I was fortunate enough to attend an eight-state conference on the Ogallala Aquifer up in Garden City, Kansas, a couple of weeks ago. Whenever I head to Kansas, I check on how close one of my hydrologic bucket-list items—The Big Well in Greensburg—will be. With Greensburg an hour forty from Garden City; I had just enough time to visit the well before catching a flight back to Austin.
The Big Well has been on my bucket list since the 1990s when I worked on hand-dug wells near the ill-fated Superconducting Super Collider Site south of Dallas. I surveyed these shallow, wide-mouthed wells around the accelerator ring and even published a few papers about testing them and their history.
Wells, in and of themselves, are not exciting. As my bride says when we visit a historic well: “Really? We came all this way to see a piece of pipe sticking out of the ground?” However, hand dug wells are more romantic with their Jack-and-Jill brickwork and wishing-well good looks. But a well you can descend into with room to ballroom dance? Who wants my money?
The Big Well is, indeed, pretty dang big: dug in 1887-8, it’s 32 feet in diameter and 109 feet deep. At depth, the diggers drive perforated pipes into the saturated section of the well to increase yield. When first dug, the well held 11 to12 feet of water. It needed to be that big since pumps at that time were suction pumps: they pull water up to a pump (generally steam operated at that time) before pushing the water to its final destination. A suction pump can only pull water from about 25 feet down before the water gets too heavy to lift and “boils,” breaking suction (these wells are still used today, generally on construction sites [and I used one back in the day to test shallow, hand-dug wells]).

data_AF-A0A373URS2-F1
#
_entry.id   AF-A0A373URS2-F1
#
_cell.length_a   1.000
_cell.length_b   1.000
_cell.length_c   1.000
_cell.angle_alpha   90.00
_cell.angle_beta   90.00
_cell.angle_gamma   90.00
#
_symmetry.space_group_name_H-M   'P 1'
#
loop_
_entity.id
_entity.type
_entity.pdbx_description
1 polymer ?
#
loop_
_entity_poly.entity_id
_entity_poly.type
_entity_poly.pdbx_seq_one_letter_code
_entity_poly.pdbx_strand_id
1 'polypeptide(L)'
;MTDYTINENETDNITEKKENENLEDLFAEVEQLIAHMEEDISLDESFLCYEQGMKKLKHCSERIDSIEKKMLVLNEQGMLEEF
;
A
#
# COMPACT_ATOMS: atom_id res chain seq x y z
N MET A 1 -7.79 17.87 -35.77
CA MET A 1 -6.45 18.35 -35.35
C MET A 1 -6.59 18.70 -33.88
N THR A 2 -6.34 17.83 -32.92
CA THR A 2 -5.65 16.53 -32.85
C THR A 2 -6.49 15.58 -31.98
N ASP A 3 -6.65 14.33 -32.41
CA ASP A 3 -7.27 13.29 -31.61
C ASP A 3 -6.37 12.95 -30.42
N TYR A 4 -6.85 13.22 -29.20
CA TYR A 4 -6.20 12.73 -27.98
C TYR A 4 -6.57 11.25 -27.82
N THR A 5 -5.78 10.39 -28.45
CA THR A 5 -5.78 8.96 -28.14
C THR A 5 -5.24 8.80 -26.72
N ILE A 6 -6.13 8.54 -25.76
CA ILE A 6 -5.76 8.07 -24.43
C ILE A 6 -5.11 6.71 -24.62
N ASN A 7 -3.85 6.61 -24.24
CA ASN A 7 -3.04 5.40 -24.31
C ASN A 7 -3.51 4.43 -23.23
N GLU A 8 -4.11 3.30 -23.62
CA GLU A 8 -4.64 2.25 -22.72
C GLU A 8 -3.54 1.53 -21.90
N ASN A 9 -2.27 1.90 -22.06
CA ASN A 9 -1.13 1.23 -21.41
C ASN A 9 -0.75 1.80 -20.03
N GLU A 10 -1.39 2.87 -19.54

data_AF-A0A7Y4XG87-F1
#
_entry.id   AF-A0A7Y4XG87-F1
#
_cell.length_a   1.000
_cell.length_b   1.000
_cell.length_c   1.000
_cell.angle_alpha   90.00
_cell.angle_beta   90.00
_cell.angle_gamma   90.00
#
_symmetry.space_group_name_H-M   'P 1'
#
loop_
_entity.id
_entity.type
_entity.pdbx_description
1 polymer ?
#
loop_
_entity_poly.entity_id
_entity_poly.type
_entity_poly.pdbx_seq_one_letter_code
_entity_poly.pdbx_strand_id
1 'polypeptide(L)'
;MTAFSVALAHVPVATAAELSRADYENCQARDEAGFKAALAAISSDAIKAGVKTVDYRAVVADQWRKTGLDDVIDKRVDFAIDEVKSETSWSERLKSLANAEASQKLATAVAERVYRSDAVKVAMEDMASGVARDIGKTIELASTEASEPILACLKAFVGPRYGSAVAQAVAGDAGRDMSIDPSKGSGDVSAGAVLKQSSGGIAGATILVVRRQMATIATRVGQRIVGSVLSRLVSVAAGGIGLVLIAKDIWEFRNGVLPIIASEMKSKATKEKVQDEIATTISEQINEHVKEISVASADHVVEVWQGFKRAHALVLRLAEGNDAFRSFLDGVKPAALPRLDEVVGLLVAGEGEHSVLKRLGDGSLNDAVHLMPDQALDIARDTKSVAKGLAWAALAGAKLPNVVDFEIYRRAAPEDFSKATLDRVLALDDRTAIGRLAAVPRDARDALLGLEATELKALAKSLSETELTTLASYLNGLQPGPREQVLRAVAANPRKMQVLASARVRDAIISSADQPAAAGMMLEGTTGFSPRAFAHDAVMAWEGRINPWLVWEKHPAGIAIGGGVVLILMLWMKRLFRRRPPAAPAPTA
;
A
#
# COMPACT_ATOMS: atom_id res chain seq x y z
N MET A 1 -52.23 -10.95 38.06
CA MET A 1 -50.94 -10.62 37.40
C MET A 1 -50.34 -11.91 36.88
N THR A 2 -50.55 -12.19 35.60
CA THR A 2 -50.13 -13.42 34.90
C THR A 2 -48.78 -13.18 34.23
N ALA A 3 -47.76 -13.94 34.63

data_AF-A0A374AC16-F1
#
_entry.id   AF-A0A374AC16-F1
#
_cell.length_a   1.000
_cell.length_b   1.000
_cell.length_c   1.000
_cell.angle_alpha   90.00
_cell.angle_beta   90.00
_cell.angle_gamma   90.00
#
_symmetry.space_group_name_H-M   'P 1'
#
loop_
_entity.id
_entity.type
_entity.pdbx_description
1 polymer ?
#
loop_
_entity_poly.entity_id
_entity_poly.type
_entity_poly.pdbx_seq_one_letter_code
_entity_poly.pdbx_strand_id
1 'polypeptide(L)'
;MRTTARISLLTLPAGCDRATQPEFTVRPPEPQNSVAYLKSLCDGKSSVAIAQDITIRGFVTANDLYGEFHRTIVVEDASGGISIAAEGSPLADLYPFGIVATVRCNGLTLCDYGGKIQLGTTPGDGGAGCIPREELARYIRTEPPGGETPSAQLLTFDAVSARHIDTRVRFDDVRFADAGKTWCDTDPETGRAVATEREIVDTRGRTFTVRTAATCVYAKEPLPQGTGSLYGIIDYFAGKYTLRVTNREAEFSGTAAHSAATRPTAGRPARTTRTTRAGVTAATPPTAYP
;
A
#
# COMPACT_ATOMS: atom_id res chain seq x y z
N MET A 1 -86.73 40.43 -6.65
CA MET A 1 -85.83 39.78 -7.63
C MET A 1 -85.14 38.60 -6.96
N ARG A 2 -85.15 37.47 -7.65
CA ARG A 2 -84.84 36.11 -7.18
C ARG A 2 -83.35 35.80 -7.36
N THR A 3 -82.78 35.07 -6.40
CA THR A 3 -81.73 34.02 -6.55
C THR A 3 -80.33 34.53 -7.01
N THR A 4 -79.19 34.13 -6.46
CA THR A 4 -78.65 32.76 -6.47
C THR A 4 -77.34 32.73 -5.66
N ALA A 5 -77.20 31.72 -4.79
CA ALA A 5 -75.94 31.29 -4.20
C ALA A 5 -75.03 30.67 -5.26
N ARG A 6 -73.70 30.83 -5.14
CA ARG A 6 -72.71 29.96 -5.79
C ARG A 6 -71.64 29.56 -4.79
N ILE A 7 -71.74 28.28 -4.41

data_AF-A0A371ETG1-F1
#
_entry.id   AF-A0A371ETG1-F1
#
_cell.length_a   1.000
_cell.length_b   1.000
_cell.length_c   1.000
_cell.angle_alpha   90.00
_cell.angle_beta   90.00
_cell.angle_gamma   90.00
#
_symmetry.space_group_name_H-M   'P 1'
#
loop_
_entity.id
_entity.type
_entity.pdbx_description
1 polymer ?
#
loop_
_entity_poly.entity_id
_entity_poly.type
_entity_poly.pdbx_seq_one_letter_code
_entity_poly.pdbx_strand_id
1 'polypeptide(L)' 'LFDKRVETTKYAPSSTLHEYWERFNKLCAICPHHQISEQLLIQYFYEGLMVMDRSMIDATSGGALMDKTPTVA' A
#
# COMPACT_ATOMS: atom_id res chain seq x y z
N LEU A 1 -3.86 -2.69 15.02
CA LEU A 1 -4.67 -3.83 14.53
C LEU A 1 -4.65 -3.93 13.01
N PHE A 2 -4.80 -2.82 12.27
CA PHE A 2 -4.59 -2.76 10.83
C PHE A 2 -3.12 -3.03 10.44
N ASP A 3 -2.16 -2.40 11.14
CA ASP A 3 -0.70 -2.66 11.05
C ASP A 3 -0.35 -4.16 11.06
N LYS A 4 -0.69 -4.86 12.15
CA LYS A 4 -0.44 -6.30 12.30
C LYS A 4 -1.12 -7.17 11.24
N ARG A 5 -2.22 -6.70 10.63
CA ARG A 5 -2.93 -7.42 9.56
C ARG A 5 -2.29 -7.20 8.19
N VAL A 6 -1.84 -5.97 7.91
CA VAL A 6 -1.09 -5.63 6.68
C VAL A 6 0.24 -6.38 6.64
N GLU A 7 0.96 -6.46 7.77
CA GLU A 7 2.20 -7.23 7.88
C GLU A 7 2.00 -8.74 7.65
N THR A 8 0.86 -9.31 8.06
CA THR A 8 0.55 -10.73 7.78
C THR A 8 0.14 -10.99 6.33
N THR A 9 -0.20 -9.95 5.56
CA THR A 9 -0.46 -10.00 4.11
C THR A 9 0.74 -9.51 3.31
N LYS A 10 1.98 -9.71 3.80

Since the depth to the water table in Greensburg was about a hundred feet down, the well needed to reach that depth and have a hefty diameter—a pit—to hold the substantially-sized pumping equipment. The well sports a concrete platform near its bottom that I reckon was used to hold this pumping equipment.
I didn’t know this until our visit (I went with a friend from Texas), but the Big Well taps into the Ogallala, fitting into the focus of the conference. Even more, the depth of water in the bottom has declined to about 8 feet today, a further focus of the meeting.
A tornado some ten years ago nearly blew Greensburg off the map, destroying most of the town, including the previous visitors’ building and the iron water tower at the well. Much of Greensburg has been built back in a way that fits its name: using green technology. The new building at the Big Well is a fantastic replacement.
Although sometimes billed as the largest hand-dug well in the world, there are at least two bigger ones from antiquity: Joseph’s Well in Cairo and St. Patricks Well in Italy.
2 thoughts on “a big ole well in a big ole aquifer”
Great article and photos! Some of the photos show water at the bottom of the well. Is that the current water table?
Thank you, Lorrie! I believe that is the current water table.